How to survive: A side return extension
The side return area of a home has become one of the most maligned features of Victorian and Edwardian properties. That alleyway to the side of the home, once presumably there to provide easy access to the ‘out house’, is today more often than not an area of ugly, redundant space. It’s no wonder then that side return extensions have become one of the most popular home improvements, particularly in cities where outside space is at an absolute premium. While it’s a relatively simple project, all home improvements carry with them certain stress, hassle and inconveniences. So, here are a few tips on how to survive a side return extension…
Talk about access
It’s never easy getting used to a small army of strangers coming into your home every day, so it’s a good idea to talk about access with your builders before the start of the project. If you’re lucky enough to live in a detached or semi detached, your side return may be accessible from the front, in which case the builders won’t need to be physically inside your home until the start of the breaking through process.
If you live in a terraced house, in many cases the tradespeople will need to enter your home to physically gain access. Be sure to discuss with them which route would be most convenient for them to take through your home so there are no muddy boot prints on pristine white carpet for example. In these cases it can be a good idea to leave a key for the builders, so they can come and go without disturbing you.
Also, discuss parking with your builders. If they can park in the drive then let them know when you need use of your car so you’ll never find yourself blocked in.
No matter whether your side return is becoming an extension of the kitchen, a bathroom, or other living space, the smart thing to do is ensure that all of your materials, fixtures and fittings have been ordered before work begins. This will minimise the chances of work being prolonged because those dreamy tiles you simply ‘had to have’ are on back order.
Credit: Elliot Brown . CC License
If your side return extension involves construction on or near a wall or boundary with your neighbour (many will) you’ll need to secure a party wall agreement.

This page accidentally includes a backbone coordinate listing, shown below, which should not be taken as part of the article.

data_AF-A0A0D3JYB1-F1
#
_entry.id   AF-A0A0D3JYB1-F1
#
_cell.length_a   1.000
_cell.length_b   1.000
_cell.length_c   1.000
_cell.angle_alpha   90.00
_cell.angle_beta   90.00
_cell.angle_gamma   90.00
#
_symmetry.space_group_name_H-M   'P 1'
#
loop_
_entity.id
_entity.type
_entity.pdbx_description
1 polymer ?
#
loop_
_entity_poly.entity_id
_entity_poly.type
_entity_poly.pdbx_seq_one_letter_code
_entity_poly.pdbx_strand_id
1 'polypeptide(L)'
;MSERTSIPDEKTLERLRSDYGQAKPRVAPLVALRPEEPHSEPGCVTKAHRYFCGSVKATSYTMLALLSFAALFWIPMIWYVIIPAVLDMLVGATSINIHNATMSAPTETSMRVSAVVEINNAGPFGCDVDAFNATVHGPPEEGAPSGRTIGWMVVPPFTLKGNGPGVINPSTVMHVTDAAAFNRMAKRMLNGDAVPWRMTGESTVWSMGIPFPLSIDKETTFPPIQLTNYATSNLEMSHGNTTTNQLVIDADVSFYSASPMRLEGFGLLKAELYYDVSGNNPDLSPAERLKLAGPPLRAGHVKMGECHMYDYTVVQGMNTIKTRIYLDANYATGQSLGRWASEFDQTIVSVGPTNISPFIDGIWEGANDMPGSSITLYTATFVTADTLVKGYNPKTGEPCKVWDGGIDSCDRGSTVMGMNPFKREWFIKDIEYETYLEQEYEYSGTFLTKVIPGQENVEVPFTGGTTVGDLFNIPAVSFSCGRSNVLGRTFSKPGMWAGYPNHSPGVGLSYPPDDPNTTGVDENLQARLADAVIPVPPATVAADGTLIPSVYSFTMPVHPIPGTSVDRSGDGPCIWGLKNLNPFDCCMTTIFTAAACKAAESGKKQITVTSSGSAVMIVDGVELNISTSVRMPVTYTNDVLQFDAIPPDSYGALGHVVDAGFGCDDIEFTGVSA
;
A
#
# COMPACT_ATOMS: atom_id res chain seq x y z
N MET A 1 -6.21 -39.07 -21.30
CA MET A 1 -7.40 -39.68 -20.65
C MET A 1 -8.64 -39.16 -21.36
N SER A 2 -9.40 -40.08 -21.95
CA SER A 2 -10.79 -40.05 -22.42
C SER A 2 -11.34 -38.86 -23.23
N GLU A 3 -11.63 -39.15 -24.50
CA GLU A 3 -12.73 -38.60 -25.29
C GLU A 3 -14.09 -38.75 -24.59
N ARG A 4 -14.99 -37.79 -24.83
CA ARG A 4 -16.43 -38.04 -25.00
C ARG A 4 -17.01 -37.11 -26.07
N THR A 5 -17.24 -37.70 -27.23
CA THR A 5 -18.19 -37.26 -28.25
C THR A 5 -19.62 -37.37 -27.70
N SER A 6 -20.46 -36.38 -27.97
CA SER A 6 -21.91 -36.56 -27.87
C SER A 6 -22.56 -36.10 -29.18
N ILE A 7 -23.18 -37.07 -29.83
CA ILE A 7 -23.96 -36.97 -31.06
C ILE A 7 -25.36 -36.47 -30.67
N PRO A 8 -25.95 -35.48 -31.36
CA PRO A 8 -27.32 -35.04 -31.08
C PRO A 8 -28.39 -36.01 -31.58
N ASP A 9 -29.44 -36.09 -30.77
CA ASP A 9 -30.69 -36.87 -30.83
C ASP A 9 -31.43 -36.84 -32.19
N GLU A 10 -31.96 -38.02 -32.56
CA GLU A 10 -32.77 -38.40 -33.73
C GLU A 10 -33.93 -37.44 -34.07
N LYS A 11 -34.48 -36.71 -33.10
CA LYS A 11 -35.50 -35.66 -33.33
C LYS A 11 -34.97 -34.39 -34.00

It’s easy to say and hard to practice, but even with workmen in your house, strive to keep things normal. If you normally have breakfast in the conservatory with your partner in the morning, keep doing that, even if the builders can see you from the garden. If you like to spend Tuesday afternoon teaching yourself (badly) to play the violin then keep it up, even if they’ll hear you!
Don’t change the dynamic or routine of your household because you feel embarrassed around these strangers. They’ll be too busy grafting to create your dream home improvement, to pay any attention to what you and your family are getting up to inside.
Photo Credit: EOS Rooflights . Via Flickr. CC License
While much of the initial work for this kind of extension goes on outside, when it comes to breaking through and joining the spaces, you’re going to want to completely clear out these rooms to protect your belongings from dust and muck. If you’re creating a new kitchen or bathroom with your side return, check out our handy guides on how to survive these projects too.
Remember, it’s easier than moving
If the sound of power tools does get a bit overwhelming, let ‘it’s easier than moving’ be your mantra. While you may be briefly disturbed by this project on your home, the alternative to getting more space involves solicitors, banks, estate agents and removal companies. A side return extension is a faster, cheaper, and less disruptive option.